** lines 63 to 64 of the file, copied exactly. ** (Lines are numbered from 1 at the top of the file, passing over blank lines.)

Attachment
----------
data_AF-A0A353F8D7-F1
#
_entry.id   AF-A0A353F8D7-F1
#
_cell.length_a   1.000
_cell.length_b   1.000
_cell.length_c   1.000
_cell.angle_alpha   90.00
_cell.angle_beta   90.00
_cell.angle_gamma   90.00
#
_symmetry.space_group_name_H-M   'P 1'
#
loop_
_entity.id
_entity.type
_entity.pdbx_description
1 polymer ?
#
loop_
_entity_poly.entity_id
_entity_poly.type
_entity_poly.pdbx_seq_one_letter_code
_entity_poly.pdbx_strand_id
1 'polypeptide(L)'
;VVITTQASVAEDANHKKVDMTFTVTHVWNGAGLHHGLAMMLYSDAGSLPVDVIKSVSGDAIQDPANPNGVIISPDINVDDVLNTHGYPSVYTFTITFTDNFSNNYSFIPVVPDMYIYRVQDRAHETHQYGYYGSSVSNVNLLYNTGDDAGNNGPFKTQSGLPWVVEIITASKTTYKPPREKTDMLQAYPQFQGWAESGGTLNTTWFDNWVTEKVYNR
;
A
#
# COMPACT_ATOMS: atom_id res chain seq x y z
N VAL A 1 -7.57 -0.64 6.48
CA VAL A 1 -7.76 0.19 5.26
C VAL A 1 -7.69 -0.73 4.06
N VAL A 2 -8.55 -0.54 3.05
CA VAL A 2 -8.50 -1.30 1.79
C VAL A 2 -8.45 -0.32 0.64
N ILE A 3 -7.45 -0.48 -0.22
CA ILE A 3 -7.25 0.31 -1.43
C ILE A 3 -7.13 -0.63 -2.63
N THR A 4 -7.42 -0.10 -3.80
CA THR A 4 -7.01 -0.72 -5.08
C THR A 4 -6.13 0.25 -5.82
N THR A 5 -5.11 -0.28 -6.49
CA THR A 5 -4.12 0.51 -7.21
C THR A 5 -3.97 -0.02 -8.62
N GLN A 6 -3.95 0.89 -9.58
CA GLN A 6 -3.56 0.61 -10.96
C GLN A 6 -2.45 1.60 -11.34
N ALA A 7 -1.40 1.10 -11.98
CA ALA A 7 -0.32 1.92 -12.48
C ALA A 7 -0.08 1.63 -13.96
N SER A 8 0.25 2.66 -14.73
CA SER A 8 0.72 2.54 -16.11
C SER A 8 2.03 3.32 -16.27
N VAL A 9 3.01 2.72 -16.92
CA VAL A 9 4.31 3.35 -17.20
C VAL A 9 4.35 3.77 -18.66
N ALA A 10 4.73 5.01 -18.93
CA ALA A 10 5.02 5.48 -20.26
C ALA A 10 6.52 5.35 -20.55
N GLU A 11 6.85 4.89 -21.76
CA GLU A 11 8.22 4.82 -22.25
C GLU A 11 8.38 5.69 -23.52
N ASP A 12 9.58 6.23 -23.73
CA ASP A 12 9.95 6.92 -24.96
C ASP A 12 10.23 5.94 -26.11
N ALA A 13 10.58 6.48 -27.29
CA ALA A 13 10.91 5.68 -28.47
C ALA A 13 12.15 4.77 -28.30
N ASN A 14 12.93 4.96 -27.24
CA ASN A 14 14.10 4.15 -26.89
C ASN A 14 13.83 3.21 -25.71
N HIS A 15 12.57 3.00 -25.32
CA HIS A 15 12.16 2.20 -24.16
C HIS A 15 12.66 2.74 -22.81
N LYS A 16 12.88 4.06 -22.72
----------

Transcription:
C GLU A 11 8.38 5.69 -23.52
N ASP A 12 9.58 6.23 -23.73